There were no tense auditions. No experience was required. And no fees were collected for youngsters to find their place in the newly created Mispillion Children’s Chorus.

There were no tense auditions. No experience was required. And no fees were collected for youngsters to find their place in the newly created Mispillion Children’s Chorus.
That’s because the singing group was designed by Founding Directors Sharon Starling and Layne Thompson-Payne to give all children between the ages of 6 and 11 an opportunity to explore the world of music.
“When I met Layne it was like we were kindred spirits who love children and music,” Starling said. “One of the things we agreed on the first time we met was that we wanted a chorus that was open to all children. They didn’t have to be under pressure to audition or pay money to join. We were trying to eliminate the barriers.”
The newly formed Mispillion Children’s Chorus held its first meeting on Sept. 16 at the Greater Milford Boys & Girls Club with about 10 to 12 participants.
It has since grown to about 30 regular singers and the group is now preparing for its first two concerts – the Dec. 12 Milford Community Concert at Avenue United Methodist Church on North Church Street and a Dec. 20 performance with the Lewes Men’s Chorus at the United Methodist Church in Lewes.
“I think it’s doing very well, I like it a lot,” said Hailey Cylinder, a 10-year-old. “I think singing in a concert is going to be a great experience for me. I like singing, of course, and it also gives you a chance to make some new friends. I really like to sing Silent Night.”
The singers are currently working on Christmas songs for their upcoming concerts, but they also work some pop music, show tunes and classics into their rehearsal repertoire.
Starling and Thompson-Payne, who both have long-running backgrounds in children’s music, said they just want to provide a positive musical journey for their group.
“After I moved to Milford four years ago, I found out there wasn’t anything like that and a lot of the churches don’t have a children’s choir so I thought this might be a great opportunity,” said Starling, who moved to Milford from the Washington, D.C.-Baltimore area. “After talking to different people who had been in the community for a long time I got that reinforcement.”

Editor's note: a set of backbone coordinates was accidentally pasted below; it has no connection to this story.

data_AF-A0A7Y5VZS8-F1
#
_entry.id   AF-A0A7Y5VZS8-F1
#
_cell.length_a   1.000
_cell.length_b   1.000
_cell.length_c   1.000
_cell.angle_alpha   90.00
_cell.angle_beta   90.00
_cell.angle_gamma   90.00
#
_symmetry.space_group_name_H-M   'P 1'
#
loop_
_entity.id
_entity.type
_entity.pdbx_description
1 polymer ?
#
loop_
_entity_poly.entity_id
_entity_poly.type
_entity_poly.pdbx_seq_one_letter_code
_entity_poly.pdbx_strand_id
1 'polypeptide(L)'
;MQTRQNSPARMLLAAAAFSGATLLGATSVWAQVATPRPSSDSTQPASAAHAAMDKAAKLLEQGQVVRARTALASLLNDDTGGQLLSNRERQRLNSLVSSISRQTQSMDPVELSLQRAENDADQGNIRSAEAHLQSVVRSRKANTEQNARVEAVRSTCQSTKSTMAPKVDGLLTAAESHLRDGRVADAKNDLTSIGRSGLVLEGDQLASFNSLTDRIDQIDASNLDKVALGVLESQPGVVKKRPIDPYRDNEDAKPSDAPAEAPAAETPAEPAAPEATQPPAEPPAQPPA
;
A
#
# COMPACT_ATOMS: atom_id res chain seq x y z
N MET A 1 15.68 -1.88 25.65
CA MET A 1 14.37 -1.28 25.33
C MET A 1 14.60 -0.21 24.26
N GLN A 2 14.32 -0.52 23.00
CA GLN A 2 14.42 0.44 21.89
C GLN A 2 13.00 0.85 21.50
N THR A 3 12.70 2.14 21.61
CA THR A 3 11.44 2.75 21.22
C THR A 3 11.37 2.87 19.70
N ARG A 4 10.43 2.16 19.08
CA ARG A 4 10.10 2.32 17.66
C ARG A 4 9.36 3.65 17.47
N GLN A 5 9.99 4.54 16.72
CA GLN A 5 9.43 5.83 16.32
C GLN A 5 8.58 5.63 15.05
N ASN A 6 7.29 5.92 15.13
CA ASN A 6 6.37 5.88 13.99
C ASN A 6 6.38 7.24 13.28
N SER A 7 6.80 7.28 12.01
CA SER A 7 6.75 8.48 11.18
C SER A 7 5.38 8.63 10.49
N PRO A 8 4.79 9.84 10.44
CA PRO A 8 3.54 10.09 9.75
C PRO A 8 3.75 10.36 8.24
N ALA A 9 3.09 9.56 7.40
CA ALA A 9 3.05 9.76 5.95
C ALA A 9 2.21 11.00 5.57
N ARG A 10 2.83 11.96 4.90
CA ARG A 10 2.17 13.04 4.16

Thompson-Payne agreed that there was a void for children’s music in Milford.
“One of the things we noticed was that the number of kids in chorus was either in school or church and there was nothing significant in the community as far as being in a community-type of chorus,” he said. “That’s what we wanted to change.”
Starling said that while there is no pressure to pass an audition and they try to keep everything upbeat, she and Thompson-Payne do expect their young performers to be committed to attending weekly rehearsals and to their concert performances.
 “It’s fun, but it’s serious,” she said. “We try to give them good vocal training and we work on breathing and proper diction and posture. I try to integrate that all at one time so it’s not like it’s let’s learn a song and then let’s teach them how to breathe. We try to integrate all of those things into the songs that they work on.”
Ciera Stevens-Brittingham showed up early and ready to go for last week’s practice.
“I like it because it lets us sing and have fun,” she said. “I just like singing.”